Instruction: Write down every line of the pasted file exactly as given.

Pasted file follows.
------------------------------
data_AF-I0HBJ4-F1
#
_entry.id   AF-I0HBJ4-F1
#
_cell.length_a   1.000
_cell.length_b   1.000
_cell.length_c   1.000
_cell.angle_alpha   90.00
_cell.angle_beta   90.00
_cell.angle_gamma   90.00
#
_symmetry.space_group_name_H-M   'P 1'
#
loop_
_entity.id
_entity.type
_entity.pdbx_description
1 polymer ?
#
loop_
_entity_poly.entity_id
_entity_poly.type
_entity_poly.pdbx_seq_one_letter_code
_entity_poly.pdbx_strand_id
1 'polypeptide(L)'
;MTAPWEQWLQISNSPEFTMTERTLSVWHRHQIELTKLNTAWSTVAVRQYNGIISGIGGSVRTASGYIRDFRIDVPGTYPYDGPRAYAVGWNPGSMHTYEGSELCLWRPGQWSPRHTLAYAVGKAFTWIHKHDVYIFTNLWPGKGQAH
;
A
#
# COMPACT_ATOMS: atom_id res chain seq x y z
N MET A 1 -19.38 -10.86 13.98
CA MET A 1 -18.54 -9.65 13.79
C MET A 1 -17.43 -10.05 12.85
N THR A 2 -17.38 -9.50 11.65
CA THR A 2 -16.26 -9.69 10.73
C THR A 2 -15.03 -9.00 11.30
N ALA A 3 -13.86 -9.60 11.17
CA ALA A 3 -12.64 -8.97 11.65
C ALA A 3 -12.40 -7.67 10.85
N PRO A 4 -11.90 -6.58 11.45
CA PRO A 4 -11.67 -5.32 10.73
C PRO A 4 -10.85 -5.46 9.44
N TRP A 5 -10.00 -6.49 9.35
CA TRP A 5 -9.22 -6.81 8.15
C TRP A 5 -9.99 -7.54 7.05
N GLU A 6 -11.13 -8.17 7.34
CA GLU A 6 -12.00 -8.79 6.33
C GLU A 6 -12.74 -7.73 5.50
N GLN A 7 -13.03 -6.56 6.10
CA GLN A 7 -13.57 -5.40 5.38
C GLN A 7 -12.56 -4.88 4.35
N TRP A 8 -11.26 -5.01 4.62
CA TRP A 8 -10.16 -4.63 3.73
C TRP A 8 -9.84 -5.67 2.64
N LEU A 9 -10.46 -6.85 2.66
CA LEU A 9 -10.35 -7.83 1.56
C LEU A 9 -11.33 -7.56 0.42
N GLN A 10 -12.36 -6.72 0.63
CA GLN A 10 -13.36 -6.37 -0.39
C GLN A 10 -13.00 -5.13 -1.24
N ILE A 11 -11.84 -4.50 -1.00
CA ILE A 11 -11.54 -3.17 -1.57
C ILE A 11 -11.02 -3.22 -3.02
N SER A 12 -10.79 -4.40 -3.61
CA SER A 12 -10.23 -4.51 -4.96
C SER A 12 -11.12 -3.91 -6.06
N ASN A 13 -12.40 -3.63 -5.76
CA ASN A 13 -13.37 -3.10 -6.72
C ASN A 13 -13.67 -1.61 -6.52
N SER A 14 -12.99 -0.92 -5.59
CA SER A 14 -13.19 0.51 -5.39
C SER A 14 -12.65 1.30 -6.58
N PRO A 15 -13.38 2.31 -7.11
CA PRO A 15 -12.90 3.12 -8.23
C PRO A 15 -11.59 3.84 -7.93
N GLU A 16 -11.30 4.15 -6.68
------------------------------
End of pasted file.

data_AF-I0HBJ4-F1
#
_entry.id   AF-I0HBJ4-F1
#
_cell.length_a   1.000
_cell.length_b   1.000
_cell.length_c   1.000
_cell.angle_alpha   90.00
_cell.angle_beta   90.00
_cell.angle_gamma   90.00
#
_symmetry.space_group_name_H-M   'P 1'
#
loop_
_entity.id
_entity.type
_entity.pdbx_description
1 polymer ?
#
loop_
_entity_poly.entity_id
_entity_poly.type
_entity_poly.pdbx_seq_one_letter_code
_entity_poly.pdbx_strand_id
1 'polypeptide(L)'
;MTAPWEQWLQISNSPEFTMTERTLSVWHRHQIELTKLNTAWSTVAVRQYNGIISGIGGSVRTASGYIRDFRIDVPGTYPYDGPRAYAVGWNPGSMHTYEGSELCLWRPGQWSPRHTLAYAVGKAFTWIHKHDVYIFTNLWPGKGQAH
;
A
#
# COMPACT_ATOMS: atom_id res chain seq x y z
N MET A 1 -19.38 -10.86 13.98
CA MET A 1 -18.54 -9.65 13.79
C MET A 1 -17.43 -10.05 12.85
N THR A 2 -17.38 -9.50 11.65
CA THR A 2 -16.26 -9.69 10.73
C THR A 2 -15.03 -9.00 11.30
N ALA A 3 -13.86 -9.60 11.17
CA ALA A 3 -12.64 -8.97 11.65
C ALA A 3 -12.40 -7.67 10.85
N PRO A 4 -11.90 -6.58 11.45
CA PRO A 4 -11.67 -5.32 10.73
C PRO A 4 -10.85 -5.46 9.44
N TRP A 5 -10.00 -6.49 9.35
CA TRP A 5 -9.22 -6.81 8.15
C TRP A 5 -9.99 -7.54 7.05
N GLU A 6 -11.13 -8.17 7.34
CA GLU A 6 -12.00 -8.79 6.33
C GLU A 6 -12.74 -7.73 5.50
N GLN A 7 -13.03 -6.56 6.10
CA GLN A 7 -13.57 -5.40 5.38
C GLN A 7 -12.56 -4.88 4.35
N TRP A 8 -11.26 -5.01 4.62
CA TRP A 8 -10.16 -4.63 3.73
C TRP A 8 -9.84 -5.67 2.64
N LEU A 9 -10.46 -6.85 2.66
CA LEU A 9 -10.35 -7.83 1.56
C LEU A 9 -11.33 -7.56 0.42
N GLN A 10 -12.36 -6.72 0.63
CA GLN A 10 -13.36 -6.37 -0.39
C GLN A 10 -13.00 -5.13 -1.24
N ILE A 11 -11.84 -4.50 -1.00
CA ILE A 11 -11.54 -3.17 -1.57
C ILE A 11 -11.02 -3.22 -3.02
N SER A 12 -10.79 -4.40 -3.61
CA SER A 12 -10.23 -4.51 -4.96
C SER A 12 -11.12 -3.91 -6.06
N ASN A 13 -12.40 -3.63 -5.76
CA ASN A 13 -13.37 -3.10 -6.72
C ASN A 13 -13.67 -1.61 -6.52
N SER A 14 -12.99 -0.92 -5.59
CA SER A 14 -13.19 0.51 -5.39
C SER A 14 -12.65 1.30 -6.58
N PRO A 15 -13.38 2.31 -7.11
CA PRO A 15 -12.90 3.12 -8.23
C PRO A 15 -11.59 3.84 -7.93
N GLU A 16 -11.30 4.15 -6.68